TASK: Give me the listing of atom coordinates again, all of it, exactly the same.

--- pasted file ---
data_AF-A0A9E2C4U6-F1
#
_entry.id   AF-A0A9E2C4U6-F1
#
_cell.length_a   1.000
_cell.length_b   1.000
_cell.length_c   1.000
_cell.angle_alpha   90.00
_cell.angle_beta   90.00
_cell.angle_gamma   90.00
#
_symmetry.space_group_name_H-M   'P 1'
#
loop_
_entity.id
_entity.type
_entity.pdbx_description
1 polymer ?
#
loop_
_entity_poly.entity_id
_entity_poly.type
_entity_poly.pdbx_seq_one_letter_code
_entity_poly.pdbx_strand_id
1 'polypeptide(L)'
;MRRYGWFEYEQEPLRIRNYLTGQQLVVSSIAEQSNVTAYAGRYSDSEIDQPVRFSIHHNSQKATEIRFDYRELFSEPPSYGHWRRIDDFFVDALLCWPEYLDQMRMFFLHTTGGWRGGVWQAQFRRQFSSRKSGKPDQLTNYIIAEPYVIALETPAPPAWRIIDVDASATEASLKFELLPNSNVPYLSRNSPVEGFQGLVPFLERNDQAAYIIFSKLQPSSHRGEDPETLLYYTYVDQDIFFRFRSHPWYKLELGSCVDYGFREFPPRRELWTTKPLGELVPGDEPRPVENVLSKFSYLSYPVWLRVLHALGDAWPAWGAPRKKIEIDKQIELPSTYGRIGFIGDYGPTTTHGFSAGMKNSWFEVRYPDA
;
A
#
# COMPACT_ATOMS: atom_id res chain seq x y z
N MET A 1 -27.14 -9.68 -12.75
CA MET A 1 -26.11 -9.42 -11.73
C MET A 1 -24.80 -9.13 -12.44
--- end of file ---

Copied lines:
data_AF-A0A9E2C4U6-F1
#
_entry.id   AF-A0A9E2C4U6-F1
#
_cell.length_a   1.000
_cell.length_b   1.000
_cell.length_c   1.000
_cell.angle_alpha   90.00
_cell.angle_beta   90.00
_cell.angle_gamma   90.00
#
_symmetry.space_group_name_H-M   'P 1'
#
loop_
_entity.id
_entity.type
_entity.pdbx_description
1 polymer ?
#
loop_
_entity_poly.entity_id
_entity_poly.type
_entity_poly.pdbx_seq_one_letter_code
_entity_poly.pdbx_strand_id
1 'polypeptide(L)'
;MRRYGWFEYEQEPLRIRNYLTGQQLVVSSIAEQSNVTAYAGRYSDSEIDQPVRFSIHHNSQKATEIRFDYRELFSEPPSYGHWRRIDDFFVDALLCWPEYLDQMRMFFLHTTGGWRGGVWQAQFRRQFSSRKSGKPDQLTNYIIAEPYVIALETPAPPAWRIIDVDASATEASLKFELLPNSNVPYLSRNSPVEGFQGLVPFLERNDQAAYIIFSKLQPSSHRGEDPETLLYYTYVDQDIFFRFRSHPWYKLELGSCVDYGFREFPPRRELWTTKPLGELVPGDEPRPVENVLSKFSYLSYPVWLRVLHALGDAWPAWGAPRKKIEIDKQIELPSTYGRIGFIGDYGPTTTHGFSAGMKNSWFEVRYPDA
;
A
#
# COMPACT_ATOMS: atom_id res chain seq x y z
N MET A 1 -27.14 -9.68 -12.75
CA MET A 1 -26.11 -9.42 -11.73
C MET A 1 -24.80 -9.13 -12.44